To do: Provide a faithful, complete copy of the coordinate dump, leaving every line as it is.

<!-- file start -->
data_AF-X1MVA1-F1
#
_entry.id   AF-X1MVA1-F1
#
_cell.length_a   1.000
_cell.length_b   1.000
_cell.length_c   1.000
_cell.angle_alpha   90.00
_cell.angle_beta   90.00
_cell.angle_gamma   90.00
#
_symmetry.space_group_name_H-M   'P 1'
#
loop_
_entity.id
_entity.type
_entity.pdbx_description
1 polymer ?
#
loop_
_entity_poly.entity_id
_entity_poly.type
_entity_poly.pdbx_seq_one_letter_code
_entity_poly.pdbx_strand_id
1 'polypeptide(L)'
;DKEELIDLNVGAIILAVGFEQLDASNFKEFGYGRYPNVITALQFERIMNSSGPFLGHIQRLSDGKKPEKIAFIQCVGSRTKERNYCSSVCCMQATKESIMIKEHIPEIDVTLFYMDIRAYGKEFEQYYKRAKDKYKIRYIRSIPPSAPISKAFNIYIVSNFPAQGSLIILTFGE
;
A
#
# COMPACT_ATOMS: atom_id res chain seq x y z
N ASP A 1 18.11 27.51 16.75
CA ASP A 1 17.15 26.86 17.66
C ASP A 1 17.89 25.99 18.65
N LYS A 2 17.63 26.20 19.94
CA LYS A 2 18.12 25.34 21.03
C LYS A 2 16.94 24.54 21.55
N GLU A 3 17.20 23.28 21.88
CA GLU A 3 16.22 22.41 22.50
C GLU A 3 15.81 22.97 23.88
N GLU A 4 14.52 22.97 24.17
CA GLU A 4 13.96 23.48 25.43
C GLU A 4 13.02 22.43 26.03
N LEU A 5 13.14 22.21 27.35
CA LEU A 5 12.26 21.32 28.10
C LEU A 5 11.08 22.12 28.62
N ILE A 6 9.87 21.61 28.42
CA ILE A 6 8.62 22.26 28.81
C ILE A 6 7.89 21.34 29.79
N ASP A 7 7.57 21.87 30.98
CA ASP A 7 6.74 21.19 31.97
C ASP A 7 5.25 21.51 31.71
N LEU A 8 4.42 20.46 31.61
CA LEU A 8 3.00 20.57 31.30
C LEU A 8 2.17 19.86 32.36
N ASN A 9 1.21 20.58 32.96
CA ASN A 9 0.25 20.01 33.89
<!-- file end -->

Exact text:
data_AF-X1MVA1-F1
#
_entry.id   AF-X1MVA1-F1
#
_cell.length_a   1.000
_cell.length_b   1.000
_cell.length_c   1.000
_cell.angle_alpha   90.00
_cell.angle_beta   90.00
_cell.angle_gamma   90.00
#
_symmetry.space_group_name_H-M   'P 1'
#
loop_
_entity.id
_entity.type
_entity.pdbx_description
1 polymer ?
#
loop_
_entity_poly.entity_id
_entity_poly.type
_entity_poly.pdbx_seq_one_letter_code
_entity_poly.pdbx_strand_id
1 'polypeptide(L)'
;DKEELIDLNVGAIILAVGFEQLDASNFKEFGYGRYPNVITALQFERIMNSSGPFLGHIQRLSDGKKPEKIAFIQCVGSRTKERNYCSSVCCMQATKESIMIKEHIPEIDVTLFYMDIRAYGKEFEQYYKRAKDKYKIRYIRSIPPSAPISKAFNIYIVSNFPAQGSLIILTFGE
;
A
#
# COMPACT_ATOMS: atom_id res chain seq x y z
N ASP A 1 18.11 27.51 16.75
CA ASP A 1 17.15 26.86 17.66
C ASP A 1 17.89 25.99 18.65
N LYS A 2 17.63 26.20 19.94
CA LYS A 2 18.12 25.34 21.03
C LYS A 2 16.94 24.54 21.55
N GLU A 3 17.20 23.28 21.88
CA GLU A 3 16.22 22.41 22.50
C GLU A 3 15.81 22.97 23.88
N GLU A 4 14.52 22.97 24.17
CA GLU A 4 13.96 23.48 25.43
C GLU A 4 13.02 22.43 26.03
N LEU A 5 13.14 22.21 27.35
CA LEU A 5 12.26 21.32 28.10
C LEU A 5 11.08 22.12 28.62
N ILE A 6 9.87 21.61 28.42
CA ILE A 6 8.62 22.26 28.81
C ILE A 6 7.89 21.34 29.79
N ASP A 7 7.57 21.87 30.98
CA ASP A 7 6.74 21.19 31.97
C ASP A 7 5.25 21.51 31.71
N LEU A 8 4.42 20.46 31.61
CA LEU A 8 3.00 20.57 31.30
C LEU A 8 2.17 19.86 32.36
N ASN A 9 1.21 20.58 32.96
CA ASN A 9 0.25 20.01 33.89